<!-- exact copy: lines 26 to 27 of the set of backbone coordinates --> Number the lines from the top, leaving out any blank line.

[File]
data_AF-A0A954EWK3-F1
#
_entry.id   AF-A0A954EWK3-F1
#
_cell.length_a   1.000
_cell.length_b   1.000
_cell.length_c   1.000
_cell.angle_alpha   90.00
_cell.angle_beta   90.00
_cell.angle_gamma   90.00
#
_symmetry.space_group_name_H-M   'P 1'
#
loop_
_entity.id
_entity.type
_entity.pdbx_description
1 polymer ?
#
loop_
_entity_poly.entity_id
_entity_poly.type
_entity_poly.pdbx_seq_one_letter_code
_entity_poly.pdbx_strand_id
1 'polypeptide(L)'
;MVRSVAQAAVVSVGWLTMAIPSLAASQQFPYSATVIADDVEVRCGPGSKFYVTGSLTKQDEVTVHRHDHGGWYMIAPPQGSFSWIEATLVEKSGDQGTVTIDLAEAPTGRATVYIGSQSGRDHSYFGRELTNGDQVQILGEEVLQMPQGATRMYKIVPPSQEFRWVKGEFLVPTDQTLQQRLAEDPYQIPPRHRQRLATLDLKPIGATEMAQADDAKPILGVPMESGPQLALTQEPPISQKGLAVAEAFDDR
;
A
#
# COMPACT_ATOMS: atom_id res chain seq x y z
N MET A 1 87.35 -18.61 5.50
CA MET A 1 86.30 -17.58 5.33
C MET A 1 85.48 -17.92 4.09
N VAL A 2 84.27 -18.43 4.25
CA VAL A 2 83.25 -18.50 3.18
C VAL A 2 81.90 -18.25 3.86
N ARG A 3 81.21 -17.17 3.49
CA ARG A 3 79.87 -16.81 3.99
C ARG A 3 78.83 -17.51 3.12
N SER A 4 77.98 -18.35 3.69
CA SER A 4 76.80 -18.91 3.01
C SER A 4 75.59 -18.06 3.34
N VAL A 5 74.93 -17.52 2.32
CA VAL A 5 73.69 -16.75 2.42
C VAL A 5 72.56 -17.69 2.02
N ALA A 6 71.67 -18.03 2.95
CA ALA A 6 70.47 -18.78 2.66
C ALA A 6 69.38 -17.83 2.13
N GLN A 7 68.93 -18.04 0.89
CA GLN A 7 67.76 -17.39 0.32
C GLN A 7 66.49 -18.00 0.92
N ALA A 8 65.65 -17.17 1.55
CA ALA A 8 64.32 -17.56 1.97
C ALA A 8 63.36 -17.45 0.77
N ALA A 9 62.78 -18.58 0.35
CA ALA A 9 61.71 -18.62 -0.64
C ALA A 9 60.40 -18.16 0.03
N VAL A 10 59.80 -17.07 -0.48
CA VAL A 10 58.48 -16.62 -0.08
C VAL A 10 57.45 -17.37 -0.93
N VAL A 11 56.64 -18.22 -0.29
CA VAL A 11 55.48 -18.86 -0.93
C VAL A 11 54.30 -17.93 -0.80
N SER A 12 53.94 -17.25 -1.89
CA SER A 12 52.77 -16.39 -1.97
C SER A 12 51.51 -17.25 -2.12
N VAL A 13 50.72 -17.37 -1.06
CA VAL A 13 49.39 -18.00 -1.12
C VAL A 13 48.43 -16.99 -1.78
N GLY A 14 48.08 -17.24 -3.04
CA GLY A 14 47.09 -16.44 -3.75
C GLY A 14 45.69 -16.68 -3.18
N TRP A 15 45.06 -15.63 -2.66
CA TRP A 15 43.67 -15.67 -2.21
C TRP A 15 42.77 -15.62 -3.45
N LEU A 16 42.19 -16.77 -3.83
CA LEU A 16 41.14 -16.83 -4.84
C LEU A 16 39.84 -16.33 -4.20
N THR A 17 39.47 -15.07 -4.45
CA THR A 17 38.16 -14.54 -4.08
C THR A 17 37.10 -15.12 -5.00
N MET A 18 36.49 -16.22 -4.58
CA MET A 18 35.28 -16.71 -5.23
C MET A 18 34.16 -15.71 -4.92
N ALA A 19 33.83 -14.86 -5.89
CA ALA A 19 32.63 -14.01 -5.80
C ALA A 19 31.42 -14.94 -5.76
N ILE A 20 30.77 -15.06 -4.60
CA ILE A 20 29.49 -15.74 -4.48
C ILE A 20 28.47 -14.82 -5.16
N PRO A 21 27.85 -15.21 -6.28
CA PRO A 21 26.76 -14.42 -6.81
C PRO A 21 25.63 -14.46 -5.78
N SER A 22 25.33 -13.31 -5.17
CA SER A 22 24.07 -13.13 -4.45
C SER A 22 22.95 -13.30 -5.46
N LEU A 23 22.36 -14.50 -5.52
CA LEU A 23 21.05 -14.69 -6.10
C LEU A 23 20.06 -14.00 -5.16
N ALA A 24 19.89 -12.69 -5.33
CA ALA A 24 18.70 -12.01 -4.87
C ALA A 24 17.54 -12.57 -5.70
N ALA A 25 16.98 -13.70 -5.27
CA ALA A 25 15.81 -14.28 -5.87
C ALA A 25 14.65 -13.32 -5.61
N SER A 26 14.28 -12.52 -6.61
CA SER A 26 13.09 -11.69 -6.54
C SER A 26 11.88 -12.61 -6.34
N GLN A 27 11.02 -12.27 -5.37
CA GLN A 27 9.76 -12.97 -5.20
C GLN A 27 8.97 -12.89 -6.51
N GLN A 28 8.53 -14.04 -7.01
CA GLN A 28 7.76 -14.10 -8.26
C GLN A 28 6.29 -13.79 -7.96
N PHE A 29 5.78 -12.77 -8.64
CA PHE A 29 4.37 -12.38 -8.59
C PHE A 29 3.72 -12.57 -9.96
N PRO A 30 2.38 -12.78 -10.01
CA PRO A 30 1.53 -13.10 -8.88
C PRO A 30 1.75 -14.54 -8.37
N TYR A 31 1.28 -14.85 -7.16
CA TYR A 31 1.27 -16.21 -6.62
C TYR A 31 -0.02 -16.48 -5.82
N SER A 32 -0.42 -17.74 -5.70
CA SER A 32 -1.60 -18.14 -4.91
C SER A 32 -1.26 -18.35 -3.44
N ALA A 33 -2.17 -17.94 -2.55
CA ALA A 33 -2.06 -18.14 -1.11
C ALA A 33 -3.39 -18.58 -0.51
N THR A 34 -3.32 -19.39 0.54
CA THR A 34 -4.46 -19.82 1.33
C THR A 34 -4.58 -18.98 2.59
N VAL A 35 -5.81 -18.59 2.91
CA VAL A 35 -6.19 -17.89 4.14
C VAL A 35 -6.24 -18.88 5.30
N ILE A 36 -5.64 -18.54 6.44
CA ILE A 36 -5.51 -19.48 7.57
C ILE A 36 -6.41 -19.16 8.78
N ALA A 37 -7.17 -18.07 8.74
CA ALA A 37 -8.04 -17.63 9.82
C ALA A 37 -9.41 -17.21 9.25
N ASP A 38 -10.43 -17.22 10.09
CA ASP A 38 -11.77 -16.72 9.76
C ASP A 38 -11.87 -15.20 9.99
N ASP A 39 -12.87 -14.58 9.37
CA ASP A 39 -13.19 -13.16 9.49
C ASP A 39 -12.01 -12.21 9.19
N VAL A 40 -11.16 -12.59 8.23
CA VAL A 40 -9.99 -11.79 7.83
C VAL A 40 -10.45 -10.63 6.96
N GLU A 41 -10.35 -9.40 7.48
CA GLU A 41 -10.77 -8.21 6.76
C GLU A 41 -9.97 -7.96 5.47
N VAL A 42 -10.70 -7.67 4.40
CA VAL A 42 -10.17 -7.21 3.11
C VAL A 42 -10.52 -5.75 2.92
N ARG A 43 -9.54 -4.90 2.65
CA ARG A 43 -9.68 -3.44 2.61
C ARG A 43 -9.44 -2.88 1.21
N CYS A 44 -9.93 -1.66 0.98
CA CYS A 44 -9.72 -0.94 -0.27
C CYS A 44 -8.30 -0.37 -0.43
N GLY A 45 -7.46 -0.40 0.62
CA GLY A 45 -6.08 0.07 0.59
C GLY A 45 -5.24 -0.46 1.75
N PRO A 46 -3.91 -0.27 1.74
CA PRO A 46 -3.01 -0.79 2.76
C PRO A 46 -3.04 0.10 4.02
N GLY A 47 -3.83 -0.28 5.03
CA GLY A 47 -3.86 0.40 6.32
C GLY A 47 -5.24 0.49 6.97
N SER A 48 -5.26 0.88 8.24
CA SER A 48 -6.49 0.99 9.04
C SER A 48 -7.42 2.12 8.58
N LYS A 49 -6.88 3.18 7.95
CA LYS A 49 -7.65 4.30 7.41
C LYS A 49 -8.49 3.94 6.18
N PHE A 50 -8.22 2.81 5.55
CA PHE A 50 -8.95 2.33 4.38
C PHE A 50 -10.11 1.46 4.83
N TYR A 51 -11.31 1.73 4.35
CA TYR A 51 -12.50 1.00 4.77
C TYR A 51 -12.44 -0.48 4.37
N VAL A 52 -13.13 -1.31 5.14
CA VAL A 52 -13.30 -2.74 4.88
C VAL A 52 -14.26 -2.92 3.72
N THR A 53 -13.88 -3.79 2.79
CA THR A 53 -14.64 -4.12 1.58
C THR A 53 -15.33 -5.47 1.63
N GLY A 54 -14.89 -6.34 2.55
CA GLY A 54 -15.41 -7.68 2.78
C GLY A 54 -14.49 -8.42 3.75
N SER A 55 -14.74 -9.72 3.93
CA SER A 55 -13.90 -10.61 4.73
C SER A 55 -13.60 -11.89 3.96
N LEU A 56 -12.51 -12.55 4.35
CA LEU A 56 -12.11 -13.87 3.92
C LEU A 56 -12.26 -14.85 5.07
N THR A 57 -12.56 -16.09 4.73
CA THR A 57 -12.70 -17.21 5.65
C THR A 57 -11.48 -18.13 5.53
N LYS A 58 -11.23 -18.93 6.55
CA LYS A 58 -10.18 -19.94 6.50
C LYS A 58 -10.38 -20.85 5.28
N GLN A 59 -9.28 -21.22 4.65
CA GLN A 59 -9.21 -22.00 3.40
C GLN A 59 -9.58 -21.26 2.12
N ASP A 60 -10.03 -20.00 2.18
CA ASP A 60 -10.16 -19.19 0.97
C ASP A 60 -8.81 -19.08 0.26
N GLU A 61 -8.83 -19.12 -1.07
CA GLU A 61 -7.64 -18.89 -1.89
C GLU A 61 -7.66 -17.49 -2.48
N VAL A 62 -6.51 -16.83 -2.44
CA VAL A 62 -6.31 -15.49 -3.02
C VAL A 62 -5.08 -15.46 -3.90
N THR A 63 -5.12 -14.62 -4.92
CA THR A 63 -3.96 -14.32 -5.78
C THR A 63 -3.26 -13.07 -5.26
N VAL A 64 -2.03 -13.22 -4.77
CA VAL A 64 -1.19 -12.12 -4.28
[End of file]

;MVRSVAQAAVVSVGWLTMAIPSLAASQQFPYSATVIADDVEVRCGPGSKFYVTGSLTKQDEVTVHRHDHGGWYMIAPPQGSFSWIEATLVEKSGDQGTVTIDLAEAPTGRATVYIGSQSGRDHSYFGRELTNGDQVQILGEEVLQMPQGATRMYKIVPPSQEFRWVKGEFLVPTDQTLQQRLAEDPYQIPPRHRQRLATLDLKPIGATEMAQADDAKPILGVPMESGPQLALTQEPPISQKGLAVAEAFDDR
;